Collecting Damages for Work-Related Injuries as an Independent Contractor
Many businesses choose to outsource to save money on everything from payroll taxes to overhead expenses. Many more also enjoy the added bonus of not being financially responsible for the contractor’s safety and wellbeing, including any injuries that occur while the contractor is on the clock. Or so they think. Though independent contractors are technically self-employed and therefore responsible for themselves, there are instances in which an employer can be held liable for a contractor’s injuries. If you are an independent contractor in Florida, and if you were injured on the job, reach out to the Fort Myers workers’ compensation lawyers at The Pendas Law Firm to learn more about what, if any, legal options you have regarding pursuing compensation.
Filing a Third-Party Claim
If an employee is injured on the job, their only legal remedy is to pursue a workers’ compensation claim. If they are dissatisfied with the employer’s insurance company’s decision regarding the amount of settlement they are to receive, they can bring the claim to workers’ compensation court, but that is about the extent of their legal options. While you, as an independent contractor, do not have the option of filing a workers’ compensation claim, you may actually be better off than employees covered by workers’ comp. Whereas employees are only able to pursue damages under workers’ compensation, and whereas they can only collect certain damages – such as medical bills – as an independent contractor, you can file a third party claim against the company. If your claim is successful, you can collect compensation for medical bills, lost wages, pain and suffering, and any other damages you might have accrued.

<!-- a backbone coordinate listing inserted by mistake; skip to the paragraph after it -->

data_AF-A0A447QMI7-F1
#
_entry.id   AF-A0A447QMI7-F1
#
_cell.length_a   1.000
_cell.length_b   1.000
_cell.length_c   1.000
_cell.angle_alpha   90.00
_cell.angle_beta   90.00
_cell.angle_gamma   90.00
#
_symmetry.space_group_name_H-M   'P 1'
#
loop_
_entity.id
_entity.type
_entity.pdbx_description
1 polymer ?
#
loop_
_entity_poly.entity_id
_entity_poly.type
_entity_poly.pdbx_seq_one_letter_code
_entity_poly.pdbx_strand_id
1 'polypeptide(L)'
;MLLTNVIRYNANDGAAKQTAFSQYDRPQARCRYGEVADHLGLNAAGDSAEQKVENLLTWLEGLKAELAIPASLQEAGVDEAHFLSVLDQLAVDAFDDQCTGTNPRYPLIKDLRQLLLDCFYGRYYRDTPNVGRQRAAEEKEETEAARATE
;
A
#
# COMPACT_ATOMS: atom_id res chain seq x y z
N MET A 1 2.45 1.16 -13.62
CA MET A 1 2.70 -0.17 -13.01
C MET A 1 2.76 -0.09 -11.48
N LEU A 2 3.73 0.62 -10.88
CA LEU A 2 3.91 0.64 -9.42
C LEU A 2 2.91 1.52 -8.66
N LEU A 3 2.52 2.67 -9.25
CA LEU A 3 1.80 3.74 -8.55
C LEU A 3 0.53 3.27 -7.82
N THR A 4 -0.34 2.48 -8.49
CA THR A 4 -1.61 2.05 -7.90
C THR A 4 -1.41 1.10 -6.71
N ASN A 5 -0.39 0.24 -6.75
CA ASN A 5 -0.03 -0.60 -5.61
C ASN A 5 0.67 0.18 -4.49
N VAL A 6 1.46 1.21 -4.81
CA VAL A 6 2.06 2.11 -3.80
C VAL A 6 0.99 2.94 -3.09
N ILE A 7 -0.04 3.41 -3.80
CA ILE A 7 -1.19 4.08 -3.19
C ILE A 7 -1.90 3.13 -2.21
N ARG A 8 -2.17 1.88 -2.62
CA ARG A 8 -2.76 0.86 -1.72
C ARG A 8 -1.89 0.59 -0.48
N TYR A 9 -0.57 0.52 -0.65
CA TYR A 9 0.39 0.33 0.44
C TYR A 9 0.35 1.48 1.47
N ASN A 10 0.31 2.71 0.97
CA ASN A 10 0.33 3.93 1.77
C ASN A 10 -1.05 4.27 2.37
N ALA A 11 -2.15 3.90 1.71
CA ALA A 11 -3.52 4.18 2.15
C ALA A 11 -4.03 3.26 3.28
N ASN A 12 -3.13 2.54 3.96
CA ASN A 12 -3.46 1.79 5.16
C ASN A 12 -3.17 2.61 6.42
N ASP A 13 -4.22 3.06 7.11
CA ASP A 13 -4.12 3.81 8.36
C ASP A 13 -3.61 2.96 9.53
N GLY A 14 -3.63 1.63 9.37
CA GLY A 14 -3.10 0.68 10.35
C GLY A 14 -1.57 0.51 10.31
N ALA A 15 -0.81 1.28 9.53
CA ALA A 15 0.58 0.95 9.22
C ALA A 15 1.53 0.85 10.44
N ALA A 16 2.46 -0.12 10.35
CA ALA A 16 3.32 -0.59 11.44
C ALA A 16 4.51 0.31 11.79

Now, if you work for a company that is contracted to do work for another company, you have two legal options for recovering compensation: 1) file a workers’ compensation claim with your employer’s insurance company and 2) file a third party claim against the company your company is doing work for. You may pursue both of these options, and not just one or the other. However, in order to pursue the second option, you must be able to prove that the employer you are doing work for was negligent, and that their negligence was the direct cause of your injuries.
Collecting Damages as a Temporary Employee of a Staffing Agency
If you are the temporary employee of a staffing agency, the staffing agency and employer you are working for are technically joint employers. As a result, you would not be able to pursue a third party claim, and your only option would be to file a workers’ compensation claim with the staffing company.
To learn more about the exact laws dictating the collection of compensation by an independent contractor in the state of Florida, review Florida Statute 440.10.
Consult a Fort Myers Workers’ Compensation Lawyer
If you are an independent contractor and you were injured on the job, you are not without options. In fact, you may have more legal options to pursue than a classified employee. To make sure that you do not miss out on any compensation, contact the Fort Myers workers’ compensation lawyers at The Pendas Law Firm at 844-200-0000 to schedule a consultation.
The Pendas Law Firm also serves clients in the Tampa, Fort Lauderdale, Orlando, Jacksonville, Miami, Daytona, Bradenton, and West Palm Beach areas.